Rich Galen

Could Nancy Pelosi have gotten off to a worse start? Thinking … Thinking … Thinking …

No. She could not. That was as bad as it could have been. It was the answer to a Conservative's prayer.

Before we go any farther, let's review the fact that elections for Majority or Minority Leader or Whip are what are called "caucus elections." They are internal to each of the two parties; they make the rules for their elections, and by tradition they are secret ballots which allows them to lie to each other with alacrity.

Each party nominates its candidate for Speaker, but the Democrats did not, last week elect Nancy Pelosi to be the Speaker.

By now you know the story: Nancy Pelosi go talked, maneuvered, cajoled, or simply fooled into publicly supporting Rep. John Murtha (D-PA) for Majority Leader of the House starting in January.

Rep. John Murtha is something of a thug. He barely escaped being charged with a crime during an FBI sting operation called: ABSCAM and is generally known, as a member of the Appropriations Armed Services Subcommittee to have a soft heart for those who produce hard campaign cash.

In fact New York Daily News reporter, Mike McAuliffe wrote:

"Citizens for Responsible Ethics in Washington (CREW), which slammed Murtha last summer for steering hundreds of millions in taxpayer funds to clients of his lobbyist brother and former staffers."

CREW, according to McAuliffe, says those "clients donated more than $500,000 to Murtha in the last two elections."

Pelosi had even gone so far as to rig the order of the elections, by having the vote for Speaker come before the vote for Majority Leader - the better to bend new Members to her iron will.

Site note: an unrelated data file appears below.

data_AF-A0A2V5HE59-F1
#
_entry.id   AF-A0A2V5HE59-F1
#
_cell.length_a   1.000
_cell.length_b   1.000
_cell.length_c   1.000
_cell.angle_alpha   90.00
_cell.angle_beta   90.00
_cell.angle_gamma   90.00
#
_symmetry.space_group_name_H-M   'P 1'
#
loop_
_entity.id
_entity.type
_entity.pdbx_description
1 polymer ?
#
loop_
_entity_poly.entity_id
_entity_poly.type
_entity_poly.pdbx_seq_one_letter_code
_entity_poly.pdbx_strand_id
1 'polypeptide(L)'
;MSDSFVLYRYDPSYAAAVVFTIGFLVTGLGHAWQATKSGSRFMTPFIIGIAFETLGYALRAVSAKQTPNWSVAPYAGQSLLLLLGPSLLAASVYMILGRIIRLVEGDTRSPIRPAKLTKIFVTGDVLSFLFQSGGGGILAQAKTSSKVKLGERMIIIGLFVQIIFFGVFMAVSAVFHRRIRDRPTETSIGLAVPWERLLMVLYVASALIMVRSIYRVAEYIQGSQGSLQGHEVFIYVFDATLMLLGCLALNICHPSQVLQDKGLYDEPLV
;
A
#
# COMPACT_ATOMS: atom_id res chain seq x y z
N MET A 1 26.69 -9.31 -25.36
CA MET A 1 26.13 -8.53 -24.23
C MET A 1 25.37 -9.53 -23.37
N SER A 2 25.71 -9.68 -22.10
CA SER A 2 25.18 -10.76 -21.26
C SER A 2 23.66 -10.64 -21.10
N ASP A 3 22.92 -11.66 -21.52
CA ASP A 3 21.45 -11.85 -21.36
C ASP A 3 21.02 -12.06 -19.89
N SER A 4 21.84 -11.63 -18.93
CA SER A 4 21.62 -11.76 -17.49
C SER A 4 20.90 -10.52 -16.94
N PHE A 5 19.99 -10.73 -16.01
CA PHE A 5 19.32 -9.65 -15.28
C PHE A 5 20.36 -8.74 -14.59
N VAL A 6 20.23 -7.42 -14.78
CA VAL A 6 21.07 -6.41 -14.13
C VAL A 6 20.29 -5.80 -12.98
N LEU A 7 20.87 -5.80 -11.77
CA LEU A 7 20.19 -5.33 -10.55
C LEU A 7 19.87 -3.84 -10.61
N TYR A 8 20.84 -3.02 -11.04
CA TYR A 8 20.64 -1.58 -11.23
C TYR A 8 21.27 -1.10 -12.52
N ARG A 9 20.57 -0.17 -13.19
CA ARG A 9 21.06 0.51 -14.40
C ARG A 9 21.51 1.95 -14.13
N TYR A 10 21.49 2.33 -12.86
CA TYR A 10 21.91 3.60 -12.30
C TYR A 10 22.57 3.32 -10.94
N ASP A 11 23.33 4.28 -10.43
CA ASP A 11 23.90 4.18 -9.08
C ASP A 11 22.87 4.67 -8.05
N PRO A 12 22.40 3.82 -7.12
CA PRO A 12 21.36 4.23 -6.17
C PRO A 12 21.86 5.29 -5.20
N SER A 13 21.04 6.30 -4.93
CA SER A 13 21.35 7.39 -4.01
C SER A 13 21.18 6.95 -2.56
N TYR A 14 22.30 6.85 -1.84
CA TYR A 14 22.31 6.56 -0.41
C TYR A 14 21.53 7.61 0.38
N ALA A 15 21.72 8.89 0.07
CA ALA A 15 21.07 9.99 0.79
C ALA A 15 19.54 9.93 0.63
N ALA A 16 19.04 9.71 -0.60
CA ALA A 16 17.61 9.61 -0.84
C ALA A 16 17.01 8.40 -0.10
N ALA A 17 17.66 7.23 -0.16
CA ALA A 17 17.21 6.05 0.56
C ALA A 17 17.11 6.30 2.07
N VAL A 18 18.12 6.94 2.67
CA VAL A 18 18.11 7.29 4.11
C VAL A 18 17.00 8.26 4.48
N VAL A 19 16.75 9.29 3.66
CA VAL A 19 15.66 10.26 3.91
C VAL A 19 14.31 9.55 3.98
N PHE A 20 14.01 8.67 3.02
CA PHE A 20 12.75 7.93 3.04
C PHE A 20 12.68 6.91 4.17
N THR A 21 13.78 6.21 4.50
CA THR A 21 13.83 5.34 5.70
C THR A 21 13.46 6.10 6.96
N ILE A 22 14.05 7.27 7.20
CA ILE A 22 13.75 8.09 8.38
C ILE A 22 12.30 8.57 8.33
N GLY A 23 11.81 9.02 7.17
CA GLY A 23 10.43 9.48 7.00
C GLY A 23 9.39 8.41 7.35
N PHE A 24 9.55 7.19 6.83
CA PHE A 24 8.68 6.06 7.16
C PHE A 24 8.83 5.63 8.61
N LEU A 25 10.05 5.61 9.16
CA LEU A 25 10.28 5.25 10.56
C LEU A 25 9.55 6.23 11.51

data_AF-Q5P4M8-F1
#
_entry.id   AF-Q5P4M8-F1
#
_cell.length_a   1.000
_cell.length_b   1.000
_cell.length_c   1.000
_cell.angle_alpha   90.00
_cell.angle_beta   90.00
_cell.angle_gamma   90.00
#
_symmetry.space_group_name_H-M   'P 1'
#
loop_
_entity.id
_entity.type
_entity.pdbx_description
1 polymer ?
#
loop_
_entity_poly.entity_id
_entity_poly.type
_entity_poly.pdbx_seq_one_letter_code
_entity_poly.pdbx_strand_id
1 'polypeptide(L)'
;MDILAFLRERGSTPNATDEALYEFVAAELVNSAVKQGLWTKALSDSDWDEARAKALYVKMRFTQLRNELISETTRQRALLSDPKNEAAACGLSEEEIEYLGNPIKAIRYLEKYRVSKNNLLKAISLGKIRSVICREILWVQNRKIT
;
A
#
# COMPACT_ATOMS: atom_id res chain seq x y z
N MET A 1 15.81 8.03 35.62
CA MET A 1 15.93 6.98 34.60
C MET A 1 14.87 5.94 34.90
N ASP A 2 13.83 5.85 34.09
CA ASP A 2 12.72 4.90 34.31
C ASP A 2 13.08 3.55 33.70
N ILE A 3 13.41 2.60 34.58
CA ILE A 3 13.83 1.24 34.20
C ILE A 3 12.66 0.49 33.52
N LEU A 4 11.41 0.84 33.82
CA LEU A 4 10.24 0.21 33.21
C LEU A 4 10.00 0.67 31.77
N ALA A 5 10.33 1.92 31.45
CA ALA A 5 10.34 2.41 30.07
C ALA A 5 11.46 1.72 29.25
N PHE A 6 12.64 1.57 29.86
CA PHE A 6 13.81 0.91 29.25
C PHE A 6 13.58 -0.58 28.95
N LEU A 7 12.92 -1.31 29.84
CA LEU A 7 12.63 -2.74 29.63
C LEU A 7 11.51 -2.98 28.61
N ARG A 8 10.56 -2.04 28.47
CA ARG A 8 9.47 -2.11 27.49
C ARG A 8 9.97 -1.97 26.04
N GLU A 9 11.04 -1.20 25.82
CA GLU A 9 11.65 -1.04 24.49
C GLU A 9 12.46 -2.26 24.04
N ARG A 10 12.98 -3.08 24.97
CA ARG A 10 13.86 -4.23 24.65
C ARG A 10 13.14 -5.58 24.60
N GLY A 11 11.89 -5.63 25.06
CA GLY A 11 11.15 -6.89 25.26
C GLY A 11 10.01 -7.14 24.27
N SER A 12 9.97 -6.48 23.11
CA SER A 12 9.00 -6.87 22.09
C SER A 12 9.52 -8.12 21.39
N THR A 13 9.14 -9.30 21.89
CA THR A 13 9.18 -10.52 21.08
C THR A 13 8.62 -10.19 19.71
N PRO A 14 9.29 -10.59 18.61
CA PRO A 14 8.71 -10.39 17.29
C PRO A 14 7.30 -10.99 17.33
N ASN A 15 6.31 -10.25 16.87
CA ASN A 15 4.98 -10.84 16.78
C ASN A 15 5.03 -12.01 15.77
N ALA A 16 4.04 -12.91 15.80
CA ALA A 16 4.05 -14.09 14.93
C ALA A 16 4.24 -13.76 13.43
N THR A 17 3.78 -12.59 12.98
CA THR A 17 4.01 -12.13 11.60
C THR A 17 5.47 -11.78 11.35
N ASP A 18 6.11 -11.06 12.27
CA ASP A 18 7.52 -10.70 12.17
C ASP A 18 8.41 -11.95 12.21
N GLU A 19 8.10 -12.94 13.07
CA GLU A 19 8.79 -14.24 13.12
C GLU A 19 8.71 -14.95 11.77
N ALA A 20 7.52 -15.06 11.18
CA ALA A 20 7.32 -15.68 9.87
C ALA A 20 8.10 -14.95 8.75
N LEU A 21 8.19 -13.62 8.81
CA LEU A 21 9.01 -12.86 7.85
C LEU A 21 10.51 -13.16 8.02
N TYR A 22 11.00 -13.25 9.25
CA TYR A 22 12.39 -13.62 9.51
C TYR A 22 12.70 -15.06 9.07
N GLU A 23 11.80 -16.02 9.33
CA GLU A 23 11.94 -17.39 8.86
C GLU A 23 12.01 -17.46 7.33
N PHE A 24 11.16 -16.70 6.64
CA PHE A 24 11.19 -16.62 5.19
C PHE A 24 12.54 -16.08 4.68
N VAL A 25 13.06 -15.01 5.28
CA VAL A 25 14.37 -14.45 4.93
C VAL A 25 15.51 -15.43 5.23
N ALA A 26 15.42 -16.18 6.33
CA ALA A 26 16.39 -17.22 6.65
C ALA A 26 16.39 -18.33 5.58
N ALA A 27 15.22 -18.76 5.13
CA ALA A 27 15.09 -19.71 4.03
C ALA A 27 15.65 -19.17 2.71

Nevertheless, Murtha was beaten like a rented mule in the race for Majority Leader by Rep. Steney Hoyer (D-MD) who didn't get along with Pelosi before, and how will NEVER get along with her.

The Dems, of course, have made it abundantly clear that this was an internal fight, had nothing to do with their laser-focus to make taxes more fair, end the war, cool down the planet and drain the swamp of corruption.

In fact, the Washington Post ran a piece written by Hope Yen headlined: "Hoyer Claims No Bad Blood with Pelosi."

But, Hoyer didn't seem as certain about that in the body, as Yen wrote, Hoyer "acknowledged Sunday he was seeking assurances from incoming Speaker Nancy Pelosi that she would not retaliate against his supporters."

Here's how far they got on that swamp-draining thing: Nowhere. On the issue of "earmarks" - which is the process whereby lobbyists, corporate executives, Mayors and University Presidents get Members of the Appropriations Committees to put in language which forces the US Government to pay for some product or project.


Rich Galen

Rich Galen has been a press secretary to Dan Quayle and Newt Gingrich. Rich Galen currently works as a journalist and writes at Mullings.com.


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